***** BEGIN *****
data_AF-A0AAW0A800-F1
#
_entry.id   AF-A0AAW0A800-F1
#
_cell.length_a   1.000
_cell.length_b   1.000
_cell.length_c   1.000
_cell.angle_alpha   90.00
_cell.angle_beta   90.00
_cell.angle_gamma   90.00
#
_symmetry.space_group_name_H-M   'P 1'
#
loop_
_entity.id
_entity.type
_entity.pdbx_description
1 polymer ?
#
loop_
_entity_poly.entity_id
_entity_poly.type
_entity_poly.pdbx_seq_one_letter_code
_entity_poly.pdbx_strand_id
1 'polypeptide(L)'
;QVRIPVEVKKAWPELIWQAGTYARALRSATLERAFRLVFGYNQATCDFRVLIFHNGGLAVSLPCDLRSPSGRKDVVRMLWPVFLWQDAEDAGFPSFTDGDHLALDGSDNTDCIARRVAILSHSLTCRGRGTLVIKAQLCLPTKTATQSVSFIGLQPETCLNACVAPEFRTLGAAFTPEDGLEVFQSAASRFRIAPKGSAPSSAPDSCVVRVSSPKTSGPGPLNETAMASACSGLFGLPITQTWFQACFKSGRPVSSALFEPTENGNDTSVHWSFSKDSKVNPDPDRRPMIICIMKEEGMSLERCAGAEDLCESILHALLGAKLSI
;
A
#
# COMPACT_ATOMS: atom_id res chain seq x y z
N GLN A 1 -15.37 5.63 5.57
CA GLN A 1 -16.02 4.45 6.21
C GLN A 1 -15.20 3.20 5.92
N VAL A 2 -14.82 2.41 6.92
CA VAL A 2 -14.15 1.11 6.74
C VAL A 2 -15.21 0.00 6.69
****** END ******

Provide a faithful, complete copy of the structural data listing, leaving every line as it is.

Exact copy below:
data_AF-A0AAW0A800-F1
#
_entry.id   AF-A0AAW0A800-F1
#
_cell.length_a   1.000
_cell.length_b   1.000
_cell.length_c   1.000
_cell.angle_alpha   90.00
_cell.angle_beta   90.00
_cell.angle_gamma   90.00
#
_symmetry.space_group_name_H-M   'P 1'
#
loop_
_entity.id
_entity.type
_entity.pdbx_description
1 polymer ?
#
loop_
_entity_poly.entity_id
_entity_poly.type
_entity_poly.pdbx_seq_one_letter_code
_entity_poly.pdbx_strand_id
1 'polypeptide(L)'
;QVRIPVEVKKAWPELIWQAGTYARALRSATLERAFRLVFGYNQATCDFRVLIFHNGGLAVSLPCDLRSPSGRKDVVRMLWPVFLWQDAEDAGFPSFTDGDHLALDGSDNTDCIARRVAILSHSLTCRGRGTLVIKAQLCLPTKTATQSVSFIGLQPETCLNACVAPEFRTLGAAFTPEDGLEVFQSAASRFRIAPKGSAPSSAPDSCVVRVSSPKTSGPGPLNETAMASACSGLFGLPITQTWFQACFKSGRPVSSALFEPTENGNDTSVHWSFSKDSKVNPDPDRRPMIICIMKEEGMSLERCAGAEDLCESILHALLGAKLSI
;
A
#
# COMPACT_ATOMS: atom_id res chain seq x y z
N GLN A 1 -15.37 5.63 5.57
CA GLN A 1 -16.02 4.45 6.21
C GLN A 1 -15.20 3.20 5.92
N VAL A 2 -14.82 2.41 6.92
CA VAL A 2 -14.15 1.11 6.74
C VAL A 2 -15.21 0.00 6.69